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Behav Pharmacol. 1996 May;7(3):245-253.

Alpha-phenyl-tert-butyl-nitrone (PBN) reverses age-related maze learning performance and motor activity deficits in C57 BL/6 mice.

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  • 1Department of Psychiatry, University of Uppsala, Ulleråker, S-76017 Uppsala; University of Göteborg, S-41314 Göteborg, Sweden.

Abstract

Two experiments were performed to study the effects of age and repeated administration of alpha-phenyl-tert-butyl-nitrone (PBN), the free radical spin-trapping agent, upon spontaneous motor activity levels and radial arm maze performance in normal young (3 month old) and normal aged (15 month old) C57 BI/6 mice. In Experiment 1, the aged mice were found to show reduced locomotor and rearing behaviour in comparison with the young mice. In the radial eight-arm maze learning task, the aged mice performed at a comparable level to the young mice during the first learning trial (Day 1) but made significantly more errors and showed longer total latencies during the second trial presented 24h later. In Experiment 2, the aged and young mice were subchronically administered either PBN at a dose of 50mg/kg, s.c. over 12 days, or saline. Spontaneous motor activity was tested 72h after the last injection. 36h later the first test trial in the radial arm maze was presented; this was followed after a further 24h by the second test trial. Subchronic treatment with PBN increased locomotion counts in the aged (15 month old) mice during the 60min test period, but decreased rearing during the first 30min of the test period. In the radial arm maze, the performance deficit shown during the second test trial by the aged mice was abolished by repeated PBN administration; both the number of errors and the latencies to all eight pellets were significantly reduced in the aged mice that received PBN. PBN did not exert any effects upon the performance of the young mice. These results, considered in conjunction with other studies using gerbils or rats, implicate the involvement of free radical species in the deterioration of function in the aged C57 BI/6 mouse.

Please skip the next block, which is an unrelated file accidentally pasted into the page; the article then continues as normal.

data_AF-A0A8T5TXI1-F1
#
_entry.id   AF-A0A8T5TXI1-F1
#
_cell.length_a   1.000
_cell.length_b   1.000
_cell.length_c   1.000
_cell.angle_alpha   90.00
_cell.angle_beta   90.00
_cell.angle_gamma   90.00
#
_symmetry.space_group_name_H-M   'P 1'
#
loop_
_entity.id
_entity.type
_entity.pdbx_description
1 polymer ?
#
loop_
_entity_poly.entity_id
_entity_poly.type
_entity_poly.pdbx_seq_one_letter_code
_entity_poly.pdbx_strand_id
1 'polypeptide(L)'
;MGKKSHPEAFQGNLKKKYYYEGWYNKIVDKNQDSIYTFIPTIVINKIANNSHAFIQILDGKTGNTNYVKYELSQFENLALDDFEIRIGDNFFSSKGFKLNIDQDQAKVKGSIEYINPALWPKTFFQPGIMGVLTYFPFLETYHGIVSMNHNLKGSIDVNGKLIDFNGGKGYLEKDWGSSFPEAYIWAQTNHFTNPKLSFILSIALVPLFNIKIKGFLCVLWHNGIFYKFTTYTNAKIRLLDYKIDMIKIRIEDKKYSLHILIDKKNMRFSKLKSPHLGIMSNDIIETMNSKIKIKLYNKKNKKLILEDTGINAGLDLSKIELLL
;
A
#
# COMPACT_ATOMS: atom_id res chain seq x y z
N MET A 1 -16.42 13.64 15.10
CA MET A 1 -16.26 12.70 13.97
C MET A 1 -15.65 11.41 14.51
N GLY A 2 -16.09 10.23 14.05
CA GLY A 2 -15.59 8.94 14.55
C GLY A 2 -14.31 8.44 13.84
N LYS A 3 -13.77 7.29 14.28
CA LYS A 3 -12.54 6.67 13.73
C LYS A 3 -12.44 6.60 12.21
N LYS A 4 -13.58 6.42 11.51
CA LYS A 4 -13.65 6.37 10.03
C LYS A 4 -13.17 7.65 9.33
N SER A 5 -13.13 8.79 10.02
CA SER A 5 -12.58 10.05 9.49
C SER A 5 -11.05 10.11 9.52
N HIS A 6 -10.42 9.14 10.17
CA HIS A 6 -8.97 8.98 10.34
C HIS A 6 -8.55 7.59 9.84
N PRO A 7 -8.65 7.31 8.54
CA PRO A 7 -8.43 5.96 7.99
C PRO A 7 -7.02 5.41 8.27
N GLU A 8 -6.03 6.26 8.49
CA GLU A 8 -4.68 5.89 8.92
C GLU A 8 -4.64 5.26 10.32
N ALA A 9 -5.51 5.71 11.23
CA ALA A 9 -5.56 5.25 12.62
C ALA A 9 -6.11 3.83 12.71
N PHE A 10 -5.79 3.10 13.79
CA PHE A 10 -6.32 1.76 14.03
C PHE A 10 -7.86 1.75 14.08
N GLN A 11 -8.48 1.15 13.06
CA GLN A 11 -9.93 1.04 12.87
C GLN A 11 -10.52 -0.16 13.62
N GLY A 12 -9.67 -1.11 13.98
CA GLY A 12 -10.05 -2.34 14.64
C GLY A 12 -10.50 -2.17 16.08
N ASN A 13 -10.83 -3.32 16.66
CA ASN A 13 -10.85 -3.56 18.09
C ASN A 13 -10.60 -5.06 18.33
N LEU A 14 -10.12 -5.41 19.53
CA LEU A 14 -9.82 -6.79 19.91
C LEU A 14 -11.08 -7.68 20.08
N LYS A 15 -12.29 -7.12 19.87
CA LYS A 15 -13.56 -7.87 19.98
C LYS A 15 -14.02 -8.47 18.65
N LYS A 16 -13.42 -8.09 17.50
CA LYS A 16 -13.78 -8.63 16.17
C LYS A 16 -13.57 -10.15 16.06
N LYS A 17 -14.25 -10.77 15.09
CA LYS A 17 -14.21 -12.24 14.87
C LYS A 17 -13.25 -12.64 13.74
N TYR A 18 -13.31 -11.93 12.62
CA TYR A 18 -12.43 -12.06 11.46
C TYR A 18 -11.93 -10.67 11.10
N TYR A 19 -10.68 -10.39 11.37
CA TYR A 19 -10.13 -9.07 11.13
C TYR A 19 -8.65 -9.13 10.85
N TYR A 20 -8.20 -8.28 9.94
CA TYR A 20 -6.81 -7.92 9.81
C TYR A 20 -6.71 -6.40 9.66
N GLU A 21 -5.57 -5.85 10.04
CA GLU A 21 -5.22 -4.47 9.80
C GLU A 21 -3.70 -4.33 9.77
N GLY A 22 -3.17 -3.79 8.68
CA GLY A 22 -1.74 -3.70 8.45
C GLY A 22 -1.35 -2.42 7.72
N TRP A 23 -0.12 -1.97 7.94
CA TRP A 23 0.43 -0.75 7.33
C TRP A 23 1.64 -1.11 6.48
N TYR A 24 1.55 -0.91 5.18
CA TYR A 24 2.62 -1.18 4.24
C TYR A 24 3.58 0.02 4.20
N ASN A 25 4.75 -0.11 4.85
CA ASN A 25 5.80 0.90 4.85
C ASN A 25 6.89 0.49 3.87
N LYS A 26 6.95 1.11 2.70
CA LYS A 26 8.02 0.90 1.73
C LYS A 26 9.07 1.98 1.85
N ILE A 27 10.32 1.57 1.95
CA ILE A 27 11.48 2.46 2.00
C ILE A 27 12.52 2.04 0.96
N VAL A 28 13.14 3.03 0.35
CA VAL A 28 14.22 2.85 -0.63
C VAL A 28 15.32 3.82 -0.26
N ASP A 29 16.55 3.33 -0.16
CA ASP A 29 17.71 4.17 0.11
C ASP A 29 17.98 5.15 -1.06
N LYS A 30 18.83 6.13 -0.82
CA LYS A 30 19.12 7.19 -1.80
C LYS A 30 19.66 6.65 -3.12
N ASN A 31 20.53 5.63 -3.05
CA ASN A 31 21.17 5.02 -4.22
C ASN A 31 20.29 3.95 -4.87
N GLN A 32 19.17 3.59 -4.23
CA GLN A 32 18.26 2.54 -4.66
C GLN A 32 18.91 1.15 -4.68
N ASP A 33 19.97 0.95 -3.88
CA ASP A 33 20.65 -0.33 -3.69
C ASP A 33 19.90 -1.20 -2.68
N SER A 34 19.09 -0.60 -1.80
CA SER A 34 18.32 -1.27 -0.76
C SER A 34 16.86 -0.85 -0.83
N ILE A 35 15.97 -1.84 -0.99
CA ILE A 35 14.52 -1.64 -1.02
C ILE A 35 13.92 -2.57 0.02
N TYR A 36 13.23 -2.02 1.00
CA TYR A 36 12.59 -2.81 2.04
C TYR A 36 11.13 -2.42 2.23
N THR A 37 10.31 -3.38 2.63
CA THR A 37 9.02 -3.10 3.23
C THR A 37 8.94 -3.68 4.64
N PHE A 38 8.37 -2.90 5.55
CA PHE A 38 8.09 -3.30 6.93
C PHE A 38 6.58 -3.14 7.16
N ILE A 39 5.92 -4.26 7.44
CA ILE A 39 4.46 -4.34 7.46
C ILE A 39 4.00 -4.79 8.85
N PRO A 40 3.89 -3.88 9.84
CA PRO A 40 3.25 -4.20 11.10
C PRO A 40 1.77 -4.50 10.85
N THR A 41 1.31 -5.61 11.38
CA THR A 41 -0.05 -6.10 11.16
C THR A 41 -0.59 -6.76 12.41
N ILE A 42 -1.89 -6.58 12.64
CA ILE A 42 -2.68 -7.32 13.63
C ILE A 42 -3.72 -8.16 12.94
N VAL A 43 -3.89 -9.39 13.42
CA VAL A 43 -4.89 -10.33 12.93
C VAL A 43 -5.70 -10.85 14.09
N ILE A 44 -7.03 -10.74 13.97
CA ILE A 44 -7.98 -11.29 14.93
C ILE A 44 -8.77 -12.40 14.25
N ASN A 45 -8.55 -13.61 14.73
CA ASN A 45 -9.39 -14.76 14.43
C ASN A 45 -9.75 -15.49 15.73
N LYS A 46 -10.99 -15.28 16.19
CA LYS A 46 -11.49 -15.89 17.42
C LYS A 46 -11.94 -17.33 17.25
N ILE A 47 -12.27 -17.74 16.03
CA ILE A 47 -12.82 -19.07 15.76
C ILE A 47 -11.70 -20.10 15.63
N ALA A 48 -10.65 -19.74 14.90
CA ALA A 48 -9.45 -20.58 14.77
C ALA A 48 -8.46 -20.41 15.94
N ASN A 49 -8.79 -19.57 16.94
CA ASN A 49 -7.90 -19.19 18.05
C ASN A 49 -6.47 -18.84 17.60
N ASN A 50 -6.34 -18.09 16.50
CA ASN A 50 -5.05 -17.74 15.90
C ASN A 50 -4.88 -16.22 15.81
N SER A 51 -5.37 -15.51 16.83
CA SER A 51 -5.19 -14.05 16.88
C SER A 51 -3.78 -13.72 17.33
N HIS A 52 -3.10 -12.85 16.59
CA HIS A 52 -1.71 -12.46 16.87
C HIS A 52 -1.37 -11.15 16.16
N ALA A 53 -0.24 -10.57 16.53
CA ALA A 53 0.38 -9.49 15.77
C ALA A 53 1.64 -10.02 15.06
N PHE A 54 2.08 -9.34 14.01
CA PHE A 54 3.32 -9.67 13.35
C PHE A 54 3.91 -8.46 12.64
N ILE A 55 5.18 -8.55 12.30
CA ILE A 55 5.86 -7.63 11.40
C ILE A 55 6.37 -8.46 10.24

PMID:
11224417
[PubMed - as supplied by publisher]
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